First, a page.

Forget Alshon Jeffery: History says Bears can overhaul WRs quickly for 2018

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Alshon Jeffery celebrates after scoring on a 53-yard touchdown reception in the second quarter of the NFC Championship Game against the Vikings on Sunday in Philadelphia.
| Al Bello/Getty Images

Eagles receiver Alshon Jeffery has returned to the scene of his guarantee.

It was in Minnesota where Jeffery guaranteed a Super Bowl victory for this season. He and the Eagles, of course, will face the Patriots on Sunday in Super Bowl LII at U.S. Bank Stadium, the home of the Vikings.

Jeffery’s guarantee will be a talking point all week. As always, he probably will smile when he is asked about it and coyly say he never mentioned which team his guarantee was meant for. But he definitely was talking about the Bears when he said it.

It was part of a convoluted exchange with the media in the visitors’ locker room of U.S. Bank Stadium after the Bears’ 38-10 loss to the Vikings on Jan. 1, 2017, that concluded an awful 2016 season.

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Here was the question that elicited Jeffery’s now-famous guarantee: ‘‘Do you think this team [the Bears] has enough if you were here next year to be a contender?’’

‘‘I guarantee we will win the Super Bowl next year,’’ Jeffery replied, then continued: ‘‘We have a lot of injuries. I don’t think another team in the league had as much injuries as us.’’

Again, ‘‘we’’ and ‘‘us’’ would be the Bears. A day later at Halas Hall, Jeffery stood by his Super Bowl prediction.

‘‘Damn right,’’ he said.

Jeffery then promised the Bears would be a different team in 2017 — and he was right. He wouldn’t be part of it. He didn’t want to be, and the Bears knew it. He left in free agency for an incentive-laden, one-year deal with the Eagles.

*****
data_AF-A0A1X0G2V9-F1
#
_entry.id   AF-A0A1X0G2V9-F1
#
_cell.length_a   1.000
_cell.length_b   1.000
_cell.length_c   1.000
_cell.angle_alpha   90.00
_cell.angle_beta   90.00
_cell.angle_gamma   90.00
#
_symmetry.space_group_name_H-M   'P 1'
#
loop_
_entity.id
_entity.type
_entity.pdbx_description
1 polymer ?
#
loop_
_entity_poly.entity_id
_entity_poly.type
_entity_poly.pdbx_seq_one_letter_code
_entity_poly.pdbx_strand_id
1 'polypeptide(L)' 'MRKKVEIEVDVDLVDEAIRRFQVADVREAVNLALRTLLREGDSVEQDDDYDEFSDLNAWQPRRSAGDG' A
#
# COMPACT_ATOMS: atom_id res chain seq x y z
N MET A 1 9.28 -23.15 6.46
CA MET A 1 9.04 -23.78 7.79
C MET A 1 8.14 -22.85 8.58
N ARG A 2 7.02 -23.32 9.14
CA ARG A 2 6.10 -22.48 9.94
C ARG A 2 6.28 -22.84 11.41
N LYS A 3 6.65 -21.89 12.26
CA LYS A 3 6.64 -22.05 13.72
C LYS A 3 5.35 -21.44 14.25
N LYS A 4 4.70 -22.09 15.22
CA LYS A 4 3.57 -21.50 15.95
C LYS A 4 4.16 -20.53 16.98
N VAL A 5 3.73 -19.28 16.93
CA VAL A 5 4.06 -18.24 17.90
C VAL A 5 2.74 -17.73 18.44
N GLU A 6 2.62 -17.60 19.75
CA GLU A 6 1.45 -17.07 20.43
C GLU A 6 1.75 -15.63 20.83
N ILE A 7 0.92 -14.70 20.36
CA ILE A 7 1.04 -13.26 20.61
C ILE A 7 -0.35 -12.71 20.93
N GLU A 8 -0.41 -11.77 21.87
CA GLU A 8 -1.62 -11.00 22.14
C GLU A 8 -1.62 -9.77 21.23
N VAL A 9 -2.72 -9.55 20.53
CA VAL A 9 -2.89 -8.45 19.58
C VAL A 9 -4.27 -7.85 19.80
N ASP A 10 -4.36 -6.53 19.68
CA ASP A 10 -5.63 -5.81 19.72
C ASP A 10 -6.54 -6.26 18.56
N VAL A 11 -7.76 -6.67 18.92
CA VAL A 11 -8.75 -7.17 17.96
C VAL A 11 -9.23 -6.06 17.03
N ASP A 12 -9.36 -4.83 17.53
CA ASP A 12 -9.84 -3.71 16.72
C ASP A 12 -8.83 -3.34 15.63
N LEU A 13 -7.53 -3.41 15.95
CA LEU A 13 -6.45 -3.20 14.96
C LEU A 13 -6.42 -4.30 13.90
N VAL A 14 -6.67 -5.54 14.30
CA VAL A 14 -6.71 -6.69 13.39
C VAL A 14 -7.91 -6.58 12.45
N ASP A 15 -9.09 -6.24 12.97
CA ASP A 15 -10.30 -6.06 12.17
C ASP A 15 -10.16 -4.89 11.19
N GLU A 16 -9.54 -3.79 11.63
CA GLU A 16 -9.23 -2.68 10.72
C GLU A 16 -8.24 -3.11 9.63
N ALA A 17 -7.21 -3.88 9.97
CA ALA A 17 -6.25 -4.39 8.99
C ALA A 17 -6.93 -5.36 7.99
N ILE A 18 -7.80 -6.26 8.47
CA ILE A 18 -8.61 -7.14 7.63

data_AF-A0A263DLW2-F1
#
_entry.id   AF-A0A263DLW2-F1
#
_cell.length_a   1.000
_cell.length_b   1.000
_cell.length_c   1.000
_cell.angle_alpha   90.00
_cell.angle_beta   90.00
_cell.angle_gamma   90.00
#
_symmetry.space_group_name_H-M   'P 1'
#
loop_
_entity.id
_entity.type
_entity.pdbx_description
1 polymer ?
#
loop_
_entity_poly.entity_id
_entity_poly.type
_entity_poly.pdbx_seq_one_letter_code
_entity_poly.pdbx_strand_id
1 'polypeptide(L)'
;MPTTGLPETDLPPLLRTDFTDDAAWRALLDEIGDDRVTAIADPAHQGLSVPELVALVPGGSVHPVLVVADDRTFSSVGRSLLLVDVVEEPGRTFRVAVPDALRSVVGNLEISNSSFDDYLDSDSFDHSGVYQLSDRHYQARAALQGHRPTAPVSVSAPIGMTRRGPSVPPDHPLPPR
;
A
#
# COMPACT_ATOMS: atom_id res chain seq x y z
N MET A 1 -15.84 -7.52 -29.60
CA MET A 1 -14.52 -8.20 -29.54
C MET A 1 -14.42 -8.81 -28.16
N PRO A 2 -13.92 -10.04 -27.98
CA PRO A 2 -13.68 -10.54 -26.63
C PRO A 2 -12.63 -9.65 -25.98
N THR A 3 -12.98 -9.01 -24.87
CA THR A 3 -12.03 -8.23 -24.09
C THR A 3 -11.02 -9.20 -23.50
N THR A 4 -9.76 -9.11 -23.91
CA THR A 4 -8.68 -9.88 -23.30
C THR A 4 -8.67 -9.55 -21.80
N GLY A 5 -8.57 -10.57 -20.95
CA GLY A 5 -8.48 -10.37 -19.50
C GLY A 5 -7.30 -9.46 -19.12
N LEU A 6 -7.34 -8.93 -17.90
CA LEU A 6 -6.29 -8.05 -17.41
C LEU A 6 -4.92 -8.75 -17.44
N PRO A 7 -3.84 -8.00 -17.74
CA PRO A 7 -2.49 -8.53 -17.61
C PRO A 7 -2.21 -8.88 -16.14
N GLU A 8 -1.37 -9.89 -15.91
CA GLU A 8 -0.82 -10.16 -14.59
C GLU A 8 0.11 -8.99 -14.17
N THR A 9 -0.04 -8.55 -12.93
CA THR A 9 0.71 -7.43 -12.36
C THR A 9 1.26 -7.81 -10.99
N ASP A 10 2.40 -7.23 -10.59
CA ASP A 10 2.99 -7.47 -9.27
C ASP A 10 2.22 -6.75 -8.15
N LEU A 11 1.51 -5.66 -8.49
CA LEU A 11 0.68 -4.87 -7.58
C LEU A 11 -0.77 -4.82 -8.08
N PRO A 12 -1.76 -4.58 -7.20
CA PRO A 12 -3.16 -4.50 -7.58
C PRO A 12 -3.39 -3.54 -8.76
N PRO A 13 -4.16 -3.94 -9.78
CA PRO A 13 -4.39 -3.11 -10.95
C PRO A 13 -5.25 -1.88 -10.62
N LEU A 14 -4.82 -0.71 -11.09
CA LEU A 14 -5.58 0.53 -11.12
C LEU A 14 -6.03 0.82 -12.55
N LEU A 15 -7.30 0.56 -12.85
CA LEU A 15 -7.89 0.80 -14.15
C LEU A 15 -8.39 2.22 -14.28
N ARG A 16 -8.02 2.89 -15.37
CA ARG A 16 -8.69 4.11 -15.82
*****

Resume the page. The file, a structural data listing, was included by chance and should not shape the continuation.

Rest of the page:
At this point, though, Jeffery’s place in the Super Bowl shouldn’t be seen as what the Bears lost but as what they might be in the future. He shows how quickly the receiver position can be overhauled.

The Eagles signed Jeffery and Torrey Smith in March, traded Jordan Matthews and a third-round pick to the Bills for cornerback Ronald Darby in August and counted on the emergence of two draft picks, Nelson Agholor (first round, 2015) and tight end Zach Ertz (second round, 2013).

The Patriots also are an example of how the receiver position can be transformed. They acquired Brandin Cooks and a fourth-round pick from the Saints for first- and third-round selections in March. In September, the Patriots sent third-string quarterback Jacoby Brissett to the Colts for Phillip Dorsett not long after losing Julian Edelman to a torn anterior cruciate ligament.

Both teams took an aggressive approach, but one that typically exists among those with a quarterback in place. The Bears now have Mitch Trubisky. When Jeffery left for the Eagles, general manager Ryan Pace’s pursuit of Trubisky was still a secret.

The Eagles made their changes at receiver before quarterback Carson Wentz’s second season. The Rams did the same for quarterback Jared Goff, signing Robert Woods in March, drafting Cooper Kupp in April, then acquiring Sammy Watkins from the Bills in August.

As for Jeffery, he didn’t put up No. 1 receiver numbers during the regular season — 57 catches, 789 yards and nine touchdowns — but he finally got the long-term deal that eluded him in free agency. He signed a four-year, $52 million extension with the Eagles in December.

The Bears’ injuries at receiver, meanwhile, magnified Jeffery’s departure. Free-agent addition Kendall Wright led the Bears with 59 catches for 614 yards, but he began the offseason program as the No. 4 option behind Cam Meredith (torn anterior cruciate ligament), Kevin White (broken shoulder blade) and Markus Wheaton (appendectomy, broken pinkie, torn groin muscle).

Pace is under pressure to deliver something better for 2018, but the Eagles and Rams are proof that a successful overhaul at receiver can be accomplished in one offseason.

Just ask Jeffery. He might guarantee it.

Follow me on Twitter @adamjahns.


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